Challenges and Opportunities with Direct-Injection Hydrogen Engines



WCX SAE World Congress Experience
Authors Abstract
Stringent emissions regulations and the need for lower tailpipe emissions are pushing the development of low-carbon alternative fuels. H2 is a zero-carbon fuel that has the potential to lower CO2 emissions from internal combustion engines (ICEs) significantly. Moreover, this fuel can be readily implemented in ICEs with minor modifications. Batteries can be argued to be a good zero tailpipe emission solution for the light-duty sector; however, medium and heavy-duty sectors are also in need of rapid decarbonization. Current strategies for H2 ICEs include modification of the existing spark ignition (SI) engines to run on port fuel injection (PFI) systems with minimal changes from the current compressed natural gas (CNG) engines. This H2 ICE strategy is limited by knock and pre-ignition. One solution is to run very lean (lambda >2), but this results in excessive boosting requirements and may result in high NOx under transient conditions. The volumetric efficiency of the engine is also reduced in a port-fueled application due to the low volumetric energy density of H2 which displaces fresh air. A novel mixing-controlled combustion strategy is proposed that significantly reduces the propensity of abnormal combustion at stoichiometric air/fuel ratios while also alleviating the need for extreme boosting.
The study was conducted on a pent-roof spark-ignited single-cylinder engine modeled from a large-bore medium-duty engine. A direct injection (DI) system capable of injecting H2 at 170 bar was integrated into the cylinder head. Both, lean and stoichiometric operation of the engine was explored in conjunction with various injection strategies. At a constant load of 8 bar at 1000 rpm test condition, it was shown that a homogenous split-injection strategy, where 50% of the total fuel mass was injected a few degrees after spark timing, was beneficial in NOx reduction while a stratified single-injection strategy exhibited the best thermal efficiency. Further, the results indicated that a stratified combustion strategy was able to increase the knock-limited load of the engine from 3.7 to 8.4 bar gIMEP load at 1000 rpm. This strategy also demonstrated increased efficiency compared to a homogeneous combustion mode and produced lower NOx at comparable loads. The diffusion-like combustion enabled by post-spark injection successfully demonstrated further knock mitigation and NOx reduction but was limited in performance due to challenges associated with in-cylinder mixing and DI injector flow rate.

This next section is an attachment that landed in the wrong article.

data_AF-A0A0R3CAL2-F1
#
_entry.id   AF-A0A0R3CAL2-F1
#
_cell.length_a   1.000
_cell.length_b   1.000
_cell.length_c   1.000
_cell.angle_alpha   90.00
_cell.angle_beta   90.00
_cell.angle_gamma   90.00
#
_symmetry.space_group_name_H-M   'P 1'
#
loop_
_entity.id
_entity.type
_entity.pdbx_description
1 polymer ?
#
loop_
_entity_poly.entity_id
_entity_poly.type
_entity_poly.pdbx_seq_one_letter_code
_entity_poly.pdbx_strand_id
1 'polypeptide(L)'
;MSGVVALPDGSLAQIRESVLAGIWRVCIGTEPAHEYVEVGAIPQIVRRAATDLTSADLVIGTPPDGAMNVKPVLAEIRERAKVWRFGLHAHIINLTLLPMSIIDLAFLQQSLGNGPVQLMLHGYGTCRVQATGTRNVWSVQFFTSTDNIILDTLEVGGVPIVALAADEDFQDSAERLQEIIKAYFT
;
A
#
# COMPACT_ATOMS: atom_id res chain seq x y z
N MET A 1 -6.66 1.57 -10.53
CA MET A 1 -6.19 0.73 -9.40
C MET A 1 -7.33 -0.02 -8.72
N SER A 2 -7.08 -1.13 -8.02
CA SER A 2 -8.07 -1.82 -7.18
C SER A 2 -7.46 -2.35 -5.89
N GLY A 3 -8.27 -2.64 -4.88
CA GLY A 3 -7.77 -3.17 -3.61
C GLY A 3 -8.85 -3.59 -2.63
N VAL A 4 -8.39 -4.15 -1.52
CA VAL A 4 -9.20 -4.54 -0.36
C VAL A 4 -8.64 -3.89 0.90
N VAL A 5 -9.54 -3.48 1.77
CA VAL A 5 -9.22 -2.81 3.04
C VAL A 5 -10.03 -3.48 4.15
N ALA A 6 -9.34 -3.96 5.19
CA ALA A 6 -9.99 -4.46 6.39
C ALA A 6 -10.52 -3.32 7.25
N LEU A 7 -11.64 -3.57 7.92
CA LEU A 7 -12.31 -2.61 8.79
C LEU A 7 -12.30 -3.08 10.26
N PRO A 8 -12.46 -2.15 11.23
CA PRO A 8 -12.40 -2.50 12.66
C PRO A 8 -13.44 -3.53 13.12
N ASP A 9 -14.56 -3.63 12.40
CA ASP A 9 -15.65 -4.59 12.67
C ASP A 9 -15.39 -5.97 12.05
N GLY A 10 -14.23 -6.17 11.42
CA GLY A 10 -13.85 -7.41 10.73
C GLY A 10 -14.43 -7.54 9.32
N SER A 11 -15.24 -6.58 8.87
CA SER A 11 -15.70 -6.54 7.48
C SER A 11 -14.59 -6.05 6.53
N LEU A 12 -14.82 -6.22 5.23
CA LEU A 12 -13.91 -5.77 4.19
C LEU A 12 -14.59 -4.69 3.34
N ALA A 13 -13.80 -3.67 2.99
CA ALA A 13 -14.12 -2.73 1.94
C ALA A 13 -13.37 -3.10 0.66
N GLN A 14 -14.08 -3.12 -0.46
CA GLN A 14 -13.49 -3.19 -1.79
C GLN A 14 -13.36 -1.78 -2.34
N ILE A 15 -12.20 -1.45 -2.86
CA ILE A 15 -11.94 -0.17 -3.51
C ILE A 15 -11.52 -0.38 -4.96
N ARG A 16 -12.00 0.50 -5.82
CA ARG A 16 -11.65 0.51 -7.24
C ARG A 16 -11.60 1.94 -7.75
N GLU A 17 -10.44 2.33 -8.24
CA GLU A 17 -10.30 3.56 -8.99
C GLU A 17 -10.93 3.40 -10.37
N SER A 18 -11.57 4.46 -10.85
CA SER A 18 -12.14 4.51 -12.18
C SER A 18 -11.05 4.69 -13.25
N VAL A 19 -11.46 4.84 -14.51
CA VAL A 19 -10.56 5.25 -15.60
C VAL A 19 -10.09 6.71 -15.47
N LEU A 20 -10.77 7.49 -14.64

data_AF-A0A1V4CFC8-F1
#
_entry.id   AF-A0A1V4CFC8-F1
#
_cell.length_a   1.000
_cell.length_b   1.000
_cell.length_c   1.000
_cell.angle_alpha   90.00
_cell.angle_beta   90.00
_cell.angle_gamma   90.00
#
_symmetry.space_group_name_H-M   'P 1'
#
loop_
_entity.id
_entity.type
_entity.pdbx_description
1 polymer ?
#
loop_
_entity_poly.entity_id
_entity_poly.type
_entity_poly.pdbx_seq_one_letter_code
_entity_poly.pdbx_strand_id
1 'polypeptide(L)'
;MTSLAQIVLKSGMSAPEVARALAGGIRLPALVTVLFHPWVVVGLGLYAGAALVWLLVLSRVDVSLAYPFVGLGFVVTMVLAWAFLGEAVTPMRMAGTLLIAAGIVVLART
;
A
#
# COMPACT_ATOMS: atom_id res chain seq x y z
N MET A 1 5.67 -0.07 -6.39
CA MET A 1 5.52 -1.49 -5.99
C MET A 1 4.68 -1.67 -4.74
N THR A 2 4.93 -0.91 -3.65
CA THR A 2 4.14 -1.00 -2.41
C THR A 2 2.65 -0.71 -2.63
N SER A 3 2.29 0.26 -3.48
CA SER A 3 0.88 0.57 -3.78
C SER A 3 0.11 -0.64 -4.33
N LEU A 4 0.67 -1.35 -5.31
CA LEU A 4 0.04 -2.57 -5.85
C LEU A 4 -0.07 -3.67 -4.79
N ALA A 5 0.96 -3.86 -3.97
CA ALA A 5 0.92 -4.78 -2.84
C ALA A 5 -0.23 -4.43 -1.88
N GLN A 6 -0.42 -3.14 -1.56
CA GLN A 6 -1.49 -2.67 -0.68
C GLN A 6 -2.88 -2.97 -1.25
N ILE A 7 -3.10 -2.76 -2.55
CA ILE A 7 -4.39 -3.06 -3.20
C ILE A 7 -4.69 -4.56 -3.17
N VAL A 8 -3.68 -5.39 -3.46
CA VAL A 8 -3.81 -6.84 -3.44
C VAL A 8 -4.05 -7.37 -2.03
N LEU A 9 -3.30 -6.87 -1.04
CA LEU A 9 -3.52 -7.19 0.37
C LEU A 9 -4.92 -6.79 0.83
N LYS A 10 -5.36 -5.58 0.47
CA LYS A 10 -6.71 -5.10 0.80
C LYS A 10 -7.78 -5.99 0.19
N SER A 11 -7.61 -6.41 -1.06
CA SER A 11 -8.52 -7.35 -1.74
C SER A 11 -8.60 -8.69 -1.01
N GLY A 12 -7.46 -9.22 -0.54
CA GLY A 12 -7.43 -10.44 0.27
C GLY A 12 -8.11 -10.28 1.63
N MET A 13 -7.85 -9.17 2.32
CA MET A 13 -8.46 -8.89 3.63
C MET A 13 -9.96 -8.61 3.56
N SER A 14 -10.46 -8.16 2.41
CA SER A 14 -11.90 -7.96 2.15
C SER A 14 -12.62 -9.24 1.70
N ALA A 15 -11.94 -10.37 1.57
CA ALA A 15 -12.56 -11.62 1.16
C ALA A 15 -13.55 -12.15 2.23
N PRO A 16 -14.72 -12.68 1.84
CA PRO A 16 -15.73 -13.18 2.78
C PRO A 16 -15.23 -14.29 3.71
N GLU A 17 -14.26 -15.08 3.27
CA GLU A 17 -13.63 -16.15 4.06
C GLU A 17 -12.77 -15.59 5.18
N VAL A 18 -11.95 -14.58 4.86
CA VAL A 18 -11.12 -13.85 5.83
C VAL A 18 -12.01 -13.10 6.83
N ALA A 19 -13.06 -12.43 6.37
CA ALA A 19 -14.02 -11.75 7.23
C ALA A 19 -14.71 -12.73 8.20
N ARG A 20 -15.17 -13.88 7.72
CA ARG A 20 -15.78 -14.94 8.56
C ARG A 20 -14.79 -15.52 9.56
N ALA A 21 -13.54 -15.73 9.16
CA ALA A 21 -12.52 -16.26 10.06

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Kalaskar, V., Conway, G., Handa, G., Joo, S. et al., "Challenges and Opportunities with Direct-Injection Hydrogen Engines," SAE Technical Paper 2023-01-0287, 2023,
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Apr 11, 2023
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Technical Paper